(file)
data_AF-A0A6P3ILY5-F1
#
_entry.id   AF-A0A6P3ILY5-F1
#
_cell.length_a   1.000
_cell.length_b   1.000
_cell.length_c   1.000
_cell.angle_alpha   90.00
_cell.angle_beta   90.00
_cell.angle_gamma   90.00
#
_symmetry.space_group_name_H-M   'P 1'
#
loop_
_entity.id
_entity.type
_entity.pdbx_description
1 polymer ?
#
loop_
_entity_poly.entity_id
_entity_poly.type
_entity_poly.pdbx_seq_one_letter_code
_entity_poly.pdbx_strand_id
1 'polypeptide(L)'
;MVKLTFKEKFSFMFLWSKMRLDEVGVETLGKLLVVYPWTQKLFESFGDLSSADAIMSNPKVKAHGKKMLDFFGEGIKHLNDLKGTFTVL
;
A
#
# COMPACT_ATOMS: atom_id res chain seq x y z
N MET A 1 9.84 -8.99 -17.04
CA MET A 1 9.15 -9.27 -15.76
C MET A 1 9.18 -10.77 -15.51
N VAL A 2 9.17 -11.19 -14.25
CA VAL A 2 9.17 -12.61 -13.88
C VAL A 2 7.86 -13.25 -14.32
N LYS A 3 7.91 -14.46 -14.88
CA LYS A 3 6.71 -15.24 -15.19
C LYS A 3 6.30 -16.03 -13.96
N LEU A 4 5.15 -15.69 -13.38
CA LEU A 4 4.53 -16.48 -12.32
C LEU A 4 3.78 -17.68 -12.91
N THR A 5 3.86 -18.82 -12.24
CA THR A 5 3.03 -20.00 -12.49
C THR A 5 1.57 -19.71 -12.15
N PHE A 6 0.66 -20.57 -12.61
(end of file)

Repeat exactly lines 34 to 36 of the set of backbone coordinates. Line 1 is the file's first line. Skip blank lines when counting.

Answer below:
N VAL A 2 9.17 -11.19 -14.25
CA VAL A 2 9.17 -12.61 -13.88
C VAL A 2 7.86 -13.25 -14.32